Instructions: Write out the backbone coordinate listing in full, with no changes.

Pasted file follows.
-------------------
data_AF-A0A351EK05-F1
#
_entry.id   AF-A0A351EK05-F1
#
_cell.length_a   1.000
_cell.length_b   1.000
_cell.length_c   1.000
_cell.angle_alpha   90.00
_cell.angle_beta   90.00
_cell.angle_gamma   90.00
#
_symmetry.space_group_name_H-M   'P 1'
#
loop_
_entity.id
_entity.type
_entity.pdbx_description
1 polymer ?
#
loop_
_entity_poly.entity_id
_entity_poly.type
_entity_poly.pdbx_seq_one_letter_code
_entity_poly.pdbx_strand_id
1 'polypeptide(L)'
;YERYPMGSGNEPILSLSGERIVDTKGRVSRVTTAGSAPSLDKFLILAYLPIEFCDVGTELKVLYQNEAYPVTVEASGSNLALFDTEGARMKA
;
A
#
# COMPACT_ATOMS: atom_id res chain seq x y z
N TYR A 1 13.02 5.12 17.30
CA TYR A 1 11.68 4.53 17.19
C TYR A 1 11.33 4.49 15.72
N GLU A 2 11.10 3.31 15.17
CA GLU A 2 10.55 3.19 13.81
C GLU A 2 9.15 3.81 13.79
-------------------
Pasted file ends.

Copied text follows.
data_AF-A0A351EK05-F1
#
_entry.id   AF-A0A351EK05-F1
#
_cell.length_a   1.000
_cell.length_b   1.000
_cell.length_c   1.000
_cell.angle_alpha   90.00
_cell.angle_beta   90.00
_cell.angle_gamma   90.00
#
_symmetry.space_group_name_H-M   'P 1'
#
loop_
_entity.id
_entity.type
_entity.pdbx_description
1 polymer ?
#
loop_
_entity_poly.entity_id
_entity_poly.type
_entity_poly.pdbx_seq_one_letter_code
_entity_poly.pdbx_strand_id
1 'polypeptide(L)'
;YERYPMGSGNEPILSLSGERIVDTKGRVSRVTTAGSAPSLDKFLILAYLPIEFCDVGTELKVLYQNEAYPVTVEASGSNLALFDTEGARMKA
;
A
#
# COMPACT_ATOMS: atom_id res chain seq x y z
N TYR A 1 13.02 5.12 17.30
CA TYR A 1 11.68 4.53 17.19
C TYR A 1 11.33 4.49 15.72
N GLU A 2 11.10 3.31 15.17
CA GLU A 2 10.55 3.19 13.81
C GLU A 2 9.15 3.81 13.79